In the contemporary world, sexuality in the earlier stages of life will typically assemble different meanings that are much more likely to be experimental, “testing,” risk taking, “new,” “with it,” “hip:” they will engage with the latest trend as they will confront the new world more forcefully than those who “have seen it all before.” By contrast, the later generations pile up their experiences and can no longer only see “the new.” They add some of the new onto the old: they are literally “old fashioned”—fashioning the old in the light of the new. Views of the new become different for the old. Often there is a clash here between the old “fashioned” sexualities and the new “fashioned” sexualities: it is a ubiquitous feature of generational sexualities and change.



Sexual lives are part of age cohorts—groups who move through the world connected by similar age experiences. A most apparent group here might be the liberation women of second wave feminism—a group of women born roughly between 1945 and 1955, who lived through the 1968 turmoil, who fought for a change around their sexual oppression in the 1970s, set up Rape Crisis Centers, developed ideas of Sexual Harassment, attacked porn and had the sex wars—all this and more; women who now in their sixties and seventies still reflect on such issues (they changed their lives) and whose ideas still bubble around in the culture (for one example among hundreds, see Segal 2007).

Similarly, we could start to look at the cohort worlds of gay and lesbian life. Arlene Stein’s Sex and Sensibuility: Stories of a Lesbian Generation in the USA (1997), Peter Robinson’s The Changing World of Gay Men in Australia (2008), and Phililip Hammick and Bernard Cohler’s The Story of Sexual Identity: Narrative Perspectives on the Gay and Lesbian Life Course (2009) have made brilliant starts on building our understanding of these differences. Indeed, we can start to tentatively identify, at the simplest level, the development during the twentieth century of seven gay and lesbian cohorts forming. In a sense all function in any moment now in the twenty first century as memory traces linger from each generation. They also constitute my own personal narrative of generations and so I will also speak a little of this too. These phases are:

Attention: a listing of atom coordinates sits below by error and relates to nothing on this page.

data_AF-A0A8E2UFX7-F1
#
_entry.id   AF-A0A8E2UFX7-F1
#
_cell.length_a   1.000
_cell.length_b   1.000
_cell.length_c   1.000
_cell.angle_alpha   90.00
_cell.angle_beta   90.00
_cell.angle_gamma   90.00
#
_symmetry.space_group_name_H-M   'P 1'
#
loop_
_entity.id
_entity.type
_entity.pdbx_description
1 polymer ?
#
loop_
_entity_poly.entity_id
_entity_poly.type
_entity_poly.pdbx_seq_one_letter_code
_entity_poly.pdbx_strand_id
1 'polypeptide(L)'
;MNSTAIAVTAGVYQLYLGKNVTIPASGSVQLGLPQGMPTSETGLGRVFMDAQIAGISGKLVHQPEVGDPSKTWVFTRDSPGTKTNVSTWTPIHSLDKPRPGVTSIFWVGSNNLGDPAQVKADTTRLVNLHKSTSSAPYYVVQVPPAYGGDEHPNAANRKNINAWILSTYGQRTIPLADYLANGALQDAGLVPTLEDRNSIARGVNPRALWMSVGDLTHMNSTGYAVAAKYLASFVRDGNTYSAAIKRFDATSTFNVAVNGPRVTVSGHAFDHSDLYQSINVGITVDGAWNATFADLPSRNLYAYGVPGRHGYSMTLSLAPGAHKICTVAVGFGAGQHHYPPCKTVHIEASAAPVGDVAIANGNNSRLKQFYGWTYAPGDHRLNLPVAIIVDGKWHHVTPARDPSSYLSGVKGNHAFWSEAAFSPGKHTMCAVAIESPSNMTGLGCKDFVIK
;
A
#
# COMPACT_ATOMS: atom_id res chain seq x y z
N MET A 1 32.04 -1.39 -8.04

1. Criminal, sick, closeted worlds—what might also be called “Queer One” Worlds. Several early “Queer Generations One.” This is too general because it details several generations—for a good two thirds of the twentieth century, there were different generations which could be seen as criminalized, closeted, and “sick”—and covered several sub generations between at least 1900 and the early 1960s linked to World War I, the Depression, World War II, and its aftermath. All these generations, as the books put it, lived “in the shadows.” The diversities of these generations are revealed in the accounts of lives in that period like George Chauncey’s (1995) Gay New York, Laura Doan’s (2001) Fashioning Sapphism, or Matt Houlbrook’s (2005) Queer London. Much of this was before my time, and I make sense of it retrospectively.
  2. Coming out of closeted worlds. These are the early Coming Out Generations. Between the late 1950s and1970s, homophile movements were slowly gathering some strength and there were the beginnings of visibility. With intense stigma, homosexuality was inching open the closet door. This was my childhood and youth world, and in one sense this was my generation. But not really—I identify more clearly with the third phase.
  3. Gay Liberation worlds. This is the Gay Liberation Generation of the late 1960s and the 1970s where gay men and lesbians came out publicly and were both proud and political about it. This explicit and public politicalization of gays, lesbians, bisexuals, and transgender peoples certainly worked to transform the experience of “downcast gays” into a more positive and much more visible one. It was the start of our visibility. For me it was the organizing bedrock of my adult life.
  4. HIV /AIDS Worlds. The AIDS Generation, which started in 1981 and dominated much of 1980s life. The death and dying of notably young men became a central feature (1980s through 1990s) as homosexuality became oddly re-medicalized and the activists started to become highly professionalized (through AIDS work and academic work). Well established in my gay life by now, AIDS shook my life. It changed the way I moved about in the gay world and generated grief as friends died. I suppose I am also part of the Aids Generation. So by now my life is rolling over three generational moments, not simply one.
  5. Queer Two Worlds. What might now be called “Queer Generation Two” started to arrive in the late 1980s and aimed to deconstruct any stable sense of gender or sexual category. No longer criminal, or sick, or even a clear category, gayness became queered. Some of this was academic (queer theory)—identified with Sedgwick, Butler, Warner and Helperin; and some was activist—identified with organizations like Outrage and ACT UP. By now, I have moved on—I announce (at a European Lesbian and Gay Conference in 1988) that I am “post-gay.” Yet I do not identify with this newly emerging younger movement of “queer.” A new generation that I am clearly not a member of has arrived. I am now in my middle age and moving on.